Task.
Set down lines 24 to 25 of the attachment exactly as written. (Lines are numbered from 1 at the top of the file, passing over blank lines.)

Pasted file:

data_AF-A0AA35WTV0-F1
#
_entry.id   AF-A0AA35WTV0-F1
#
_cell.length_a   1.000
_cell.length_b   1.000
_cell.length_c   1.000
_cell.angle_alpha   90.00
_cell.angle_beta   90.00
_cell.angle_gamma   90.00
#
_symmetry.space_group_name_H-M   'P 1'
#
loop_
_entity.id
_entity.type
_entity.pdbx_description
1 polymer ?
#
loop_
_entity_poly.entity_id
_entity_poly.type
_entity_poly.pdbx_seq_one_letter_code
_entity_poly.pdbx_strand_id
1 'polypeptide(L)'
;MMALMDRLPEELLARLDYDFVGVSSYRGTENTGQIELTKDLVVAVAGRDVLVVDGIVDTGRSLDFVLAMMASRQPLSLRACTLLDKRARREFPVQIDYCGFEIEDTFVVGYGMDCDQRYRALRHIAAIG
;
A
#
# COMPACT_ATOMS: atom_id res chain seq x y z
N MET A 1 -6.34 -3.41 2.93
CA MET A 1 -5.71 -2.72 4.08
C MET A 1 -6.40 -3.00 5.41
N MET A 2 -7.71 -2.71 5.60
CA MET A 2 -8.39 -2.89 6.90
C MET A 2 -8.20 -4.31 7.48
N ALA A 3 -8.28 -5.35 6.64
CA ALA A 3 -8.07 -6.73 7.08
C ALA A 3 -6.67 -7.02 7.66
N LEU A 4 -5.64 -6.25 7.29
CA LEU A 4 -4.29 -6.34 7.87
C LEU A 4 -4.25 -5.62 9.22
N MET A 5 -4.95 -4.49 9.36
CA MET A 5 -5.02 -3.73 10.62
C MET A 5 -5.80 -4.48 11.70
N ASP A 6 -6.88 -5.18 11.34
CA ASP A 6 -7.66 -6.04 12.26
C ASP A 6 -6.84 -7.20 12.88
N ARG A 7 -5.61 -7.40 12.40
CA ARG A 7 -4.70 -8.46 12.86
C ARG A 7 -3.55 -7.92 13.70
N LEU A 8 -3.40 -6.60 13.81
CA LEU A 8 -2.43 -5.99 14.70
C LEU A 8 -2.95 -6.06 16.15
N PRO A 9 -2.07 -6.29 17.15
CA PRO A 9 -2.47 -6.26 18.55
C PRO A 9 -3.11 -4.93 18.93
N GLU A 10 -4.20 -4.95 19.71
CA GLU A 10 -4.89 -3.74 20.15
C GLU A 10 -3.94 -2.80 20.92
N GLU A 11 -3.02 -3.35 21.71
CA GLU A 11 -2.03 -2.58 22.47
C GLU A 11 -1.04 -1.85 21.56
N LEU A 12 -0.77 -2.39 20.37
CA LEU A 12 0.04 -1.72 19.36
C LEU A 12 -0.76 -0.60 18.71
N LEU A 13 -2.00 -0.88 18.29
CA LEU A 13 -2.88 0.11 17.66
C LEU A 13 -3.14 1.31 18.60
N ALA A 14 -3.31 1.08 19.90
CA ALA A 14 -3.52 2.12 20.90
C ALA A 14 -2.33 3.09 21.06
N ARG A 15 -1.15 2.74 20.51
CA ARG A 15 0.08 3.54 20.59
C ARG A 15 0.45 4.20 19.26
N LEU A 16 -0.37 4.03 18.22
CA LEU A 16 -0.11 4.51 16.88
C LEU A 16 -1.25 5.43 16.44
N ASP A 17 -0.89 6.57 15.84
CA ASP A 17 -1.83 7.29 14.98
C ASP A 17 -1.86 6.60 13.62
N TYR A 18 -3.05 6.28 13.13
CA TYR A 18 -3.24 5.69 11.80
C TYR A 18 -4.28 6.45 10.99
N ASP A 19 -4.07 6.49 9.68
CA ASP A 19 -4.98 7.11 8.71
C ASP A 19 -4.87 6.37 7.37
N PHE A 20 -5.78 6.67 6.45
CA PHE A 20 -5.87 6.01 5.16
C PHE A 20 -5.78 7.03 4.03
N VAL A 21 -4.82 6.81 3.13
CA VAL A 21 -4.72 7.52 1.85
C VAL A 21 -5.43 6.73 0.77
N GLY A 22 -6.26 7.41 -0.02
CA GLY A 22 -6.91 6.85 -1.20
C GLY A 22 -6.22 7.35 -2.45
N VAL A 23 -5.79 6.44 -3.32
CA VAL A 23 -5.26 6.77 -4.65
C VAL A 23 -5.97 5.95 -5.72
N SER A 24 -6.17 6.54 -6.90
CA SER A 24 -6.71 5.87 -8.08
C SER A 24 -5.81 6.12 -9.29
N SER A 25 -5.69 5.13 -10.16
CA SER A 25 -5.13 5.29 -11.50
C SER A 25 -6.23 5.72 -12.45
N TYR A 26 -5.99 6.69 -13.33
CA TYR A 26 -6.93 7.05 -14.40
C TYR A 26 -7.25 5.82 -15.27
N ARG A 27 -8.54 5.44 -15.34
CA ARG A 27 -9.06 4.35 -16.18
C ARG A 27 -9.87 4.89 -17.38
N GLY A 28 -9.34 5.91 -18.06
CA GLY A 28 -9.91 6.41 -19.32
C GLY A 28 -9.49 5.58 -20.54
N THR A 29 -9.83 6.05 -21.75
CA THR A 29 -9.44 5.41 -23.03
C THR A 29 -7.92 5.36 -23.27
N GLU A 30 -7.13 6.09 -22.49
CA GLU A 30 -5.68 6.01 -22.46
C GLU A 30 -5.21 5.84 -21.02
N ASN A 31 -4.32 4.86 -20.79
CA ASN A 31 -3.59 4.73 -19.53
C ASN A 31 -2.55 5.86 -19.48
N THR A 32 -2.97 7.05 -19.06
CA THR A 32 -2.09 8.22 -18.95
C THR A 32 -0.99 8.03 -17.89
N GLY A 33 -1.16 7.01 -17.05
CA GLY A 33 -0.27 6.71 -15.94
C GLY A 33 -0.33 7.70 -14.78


_entity_poly.pdbx_strand_id
1 'polypeptide(L)'